4. To provide for help line or other facilities to such women in distress.

The Target Group/Beneficiaries under the scheme include the following:

  1. Widows deserted by their families and relatives;
  2. Women prisoners released from jail and without family support;
  3. Women survivors of natural disaster who have been rendered homeless;
  4. Trafficked women/girls rescued or runaway from brothels;
  5. Women victims of terrorist/extremist violence who are without any family support and without any economic means for survival;
  6. Mentally challenged women (except for the psychotic categories who require care in specialised environment in mental hospitals) who are without any support of family or relatives;
  7. Women with HIV/AIDS deserted by their family and without social/economic support.

The Swadhar scheme is being implemented through Social Welfare/Women and Child Welfare Department of State Government, Women’s Development Corporations, Urban Local Bodies, reputed Public/Private Trust or Voluntary Organisations.

7. Scheme for Combating Trafficking

“Ujjawala”, a comprehensive scheme to combat trafficking was launched by the Ministry in the year 2007 and is being implemented mainly through NGOs. The Scheme has five components – Prevention, Rescue, Rehabilitation, Re-Integration and Repatriation of trafficked victims for commercial sexual exploitation.

The activities envisaged under the Scheme for combating trafficking are:

  1. Formation of community vigilance groups, adolescents groups, awareness creation and preparation of IEC material, holding workshops, etc.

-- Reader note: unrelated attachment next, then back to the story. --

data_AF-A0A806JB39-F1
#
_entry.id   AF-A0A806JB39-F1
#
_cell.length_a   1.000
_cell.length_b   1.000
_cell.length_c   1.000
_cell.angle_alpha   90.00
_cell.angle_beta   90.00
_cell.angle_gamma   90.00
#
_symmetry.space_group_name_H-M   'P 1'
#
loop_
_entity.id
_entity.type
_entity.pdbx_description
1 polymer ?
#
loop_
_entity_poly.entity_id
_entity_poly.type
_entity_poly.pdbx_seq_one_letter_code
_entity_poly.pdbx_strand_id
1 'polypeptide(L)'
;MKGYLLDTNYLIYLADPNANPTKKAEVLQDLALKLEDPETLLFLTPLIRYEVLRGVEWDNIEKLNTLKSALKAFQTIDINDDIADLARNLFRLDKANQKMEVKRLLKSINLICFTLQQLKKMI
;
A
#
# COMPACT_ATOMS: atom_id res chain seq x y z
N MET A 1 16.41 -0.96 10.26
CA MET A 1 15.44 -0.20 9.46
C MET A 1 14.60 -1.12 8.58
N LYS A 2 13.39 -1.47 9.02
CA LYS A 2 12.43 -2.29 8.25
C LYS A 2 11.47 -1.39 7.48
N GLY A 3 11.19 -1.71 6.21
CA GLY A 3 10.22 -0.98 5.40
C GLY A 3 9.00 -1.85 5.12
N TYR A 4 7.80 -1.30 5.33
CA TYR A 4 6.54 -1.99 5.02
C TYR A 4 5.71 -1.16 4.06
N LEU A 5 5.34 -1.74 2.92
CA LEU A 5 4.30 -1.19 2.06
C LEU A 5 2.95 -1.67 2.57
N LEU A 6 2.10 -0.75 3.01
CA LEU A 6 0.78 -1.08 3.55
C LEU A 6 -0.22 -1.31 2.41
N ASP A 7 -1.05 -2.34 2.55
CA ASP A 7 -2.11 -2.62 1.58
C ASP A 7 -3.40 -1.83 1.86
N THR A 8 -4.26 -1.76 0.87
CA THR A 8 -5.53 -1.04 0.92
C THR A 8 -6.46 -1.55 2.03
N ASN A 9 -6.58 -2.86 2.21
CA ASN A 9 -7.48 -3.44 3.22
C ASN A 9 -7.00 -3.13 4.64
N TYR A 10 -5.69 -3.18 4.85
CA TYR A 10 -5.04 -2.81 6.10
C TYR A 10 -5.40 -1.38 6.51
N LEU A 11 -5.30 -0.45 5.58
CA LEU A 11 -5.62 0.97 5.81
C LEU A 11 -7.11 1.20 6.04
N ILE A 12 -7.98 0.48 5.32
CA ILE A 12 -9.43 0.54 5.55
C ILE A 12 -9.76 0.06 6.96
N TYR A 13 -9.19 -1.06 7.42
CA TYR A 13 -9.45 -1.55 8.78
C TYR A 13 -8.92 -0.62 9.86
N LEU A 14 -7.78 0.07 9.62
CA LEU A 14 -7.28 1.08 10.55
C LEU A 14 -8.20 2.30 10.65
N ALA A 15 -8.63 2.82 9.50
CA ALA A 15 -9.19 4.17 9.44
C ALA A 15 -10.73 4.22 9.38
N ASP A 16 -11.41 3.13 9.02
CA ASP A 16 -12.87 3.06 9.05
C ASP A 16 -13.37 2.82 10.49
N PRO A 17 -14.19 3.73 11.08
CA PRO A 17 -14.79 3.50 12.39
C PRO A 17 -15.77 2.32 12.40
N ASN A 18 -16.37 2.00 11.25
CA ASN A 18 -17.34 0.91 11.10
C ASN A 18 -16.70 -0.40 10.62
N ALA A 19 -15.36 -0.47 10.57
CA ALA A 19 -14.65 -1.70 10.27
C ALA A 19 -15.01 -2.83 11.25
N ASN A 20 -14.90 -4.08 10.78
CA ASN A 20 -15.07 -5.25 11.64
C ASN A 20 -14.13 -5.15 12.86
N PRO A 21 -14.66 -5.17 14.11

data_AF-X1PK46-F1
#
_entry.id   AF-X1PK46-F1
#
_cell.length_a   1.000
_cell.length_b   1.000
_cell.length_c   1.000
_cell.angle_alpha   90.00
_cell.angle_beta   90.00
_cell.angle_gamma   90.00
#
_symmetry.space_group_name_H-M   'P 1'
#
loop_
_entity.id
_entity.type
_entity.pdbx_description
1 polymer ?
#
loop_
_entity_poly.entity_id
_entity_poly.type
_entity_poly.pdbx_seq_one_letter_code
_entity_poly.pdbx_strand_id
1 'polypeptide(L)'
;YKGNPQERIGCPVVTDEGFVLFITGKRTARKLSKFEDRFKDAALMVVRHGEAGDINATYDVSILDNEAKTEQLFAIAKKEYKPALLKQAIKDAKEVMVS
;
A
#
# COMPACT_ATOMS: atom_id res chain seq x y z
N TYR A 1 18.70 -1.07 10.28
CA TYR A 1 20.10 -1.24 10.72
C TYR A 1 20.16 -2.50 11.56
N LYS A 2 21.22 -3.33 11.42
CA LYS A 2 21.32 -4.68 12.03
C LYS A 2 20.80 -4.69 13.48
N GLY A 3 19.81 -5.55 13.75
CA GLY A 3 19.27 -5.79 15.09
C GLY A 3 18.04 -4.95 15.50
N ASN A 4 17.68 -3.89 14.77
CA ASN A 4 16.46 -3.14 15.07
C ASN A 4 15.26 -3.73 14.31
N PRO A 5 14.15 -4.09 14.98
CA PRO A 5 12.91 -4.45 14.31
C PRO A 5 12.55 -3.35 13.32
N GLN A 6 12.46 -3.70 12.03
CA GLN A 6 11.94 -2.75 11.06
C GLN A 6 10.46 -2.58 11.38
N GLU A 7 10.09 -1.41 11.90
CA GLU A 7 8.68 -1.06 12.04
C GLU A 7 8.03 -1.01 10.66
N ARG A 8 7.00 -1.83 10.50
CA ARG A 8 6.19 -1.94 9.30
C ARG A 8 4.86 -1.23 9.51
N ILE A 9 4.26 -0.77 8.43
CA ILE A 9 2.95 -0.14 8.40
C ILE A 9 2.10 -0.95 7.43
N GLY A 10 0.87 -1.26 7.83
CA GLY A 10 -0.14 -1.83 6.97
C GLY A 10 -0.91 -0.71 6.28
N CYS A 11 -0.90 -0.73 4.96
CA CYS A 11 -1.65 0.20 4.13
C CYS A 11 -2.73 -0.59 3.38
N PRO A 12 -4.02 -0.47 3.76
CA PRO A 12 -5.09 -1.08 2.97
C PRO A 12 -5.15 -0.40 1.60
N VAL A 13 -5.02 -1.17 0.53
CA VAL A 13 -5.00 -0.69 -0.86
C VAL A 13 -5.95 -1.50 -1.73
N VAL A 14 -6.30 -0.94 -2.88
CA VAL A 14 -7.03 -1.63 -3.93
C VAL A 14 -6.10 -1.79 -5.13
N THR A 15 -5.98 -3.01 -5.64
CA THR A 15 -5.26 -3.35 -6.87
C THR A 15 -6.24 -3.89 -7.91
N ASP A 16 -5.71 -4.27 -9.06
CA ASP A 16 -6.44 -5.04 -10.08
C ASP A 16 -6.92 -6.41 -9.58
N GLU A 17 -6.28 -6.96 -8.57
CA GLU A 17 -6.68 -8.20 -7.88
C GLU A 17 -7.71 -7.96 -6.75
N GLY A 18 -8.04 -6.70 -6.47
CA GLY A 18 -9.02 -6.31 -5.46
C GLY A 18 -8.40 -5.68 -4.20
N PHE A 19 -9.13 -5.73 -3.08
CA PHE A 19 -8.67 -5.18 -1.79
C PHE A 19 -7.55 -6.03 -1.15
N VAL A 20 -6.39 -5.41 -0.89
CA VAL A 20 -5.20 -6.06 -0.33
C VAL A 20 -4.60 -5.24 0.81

2. Safe withdrawal of victims from the place of exploitation.
  3. Rehabilitation of victims by providing them safe shelter, basic amenities, medical care, legal aid, vocational training and income generation activities.
  4. Re-integration of victims into society.
  5. Provide support to cross-border victims for their safe repatriation to their country of origin.

Under the Scheme, assistance is provided to eligible organisations for undertaking the above activities.

8. Family Counselling Centers (FCCs)

The Family Counselling Centre programme was introduced in 1983 due to increasing violence against women specially dowry related cases. The centres provide counseling, referral and rehabilitative services to women and girls who are victims of atrocities, family maladjustments and social ostracism.

Through the centres, crisis intervention and trauma counselling is also provided in case of natural or manmade disasters. Public opinion on social issues affecting status of women is mobilised through this programme and awareness is created on welfare and development schemes being implemented by the Government.

The Counselling Centres work in close collaboration with the local administration, police, courts, free legal aids cells, medical and psychiatric institutions, vocational training centers, short stay homes etc.

9. Short Stay Home Programme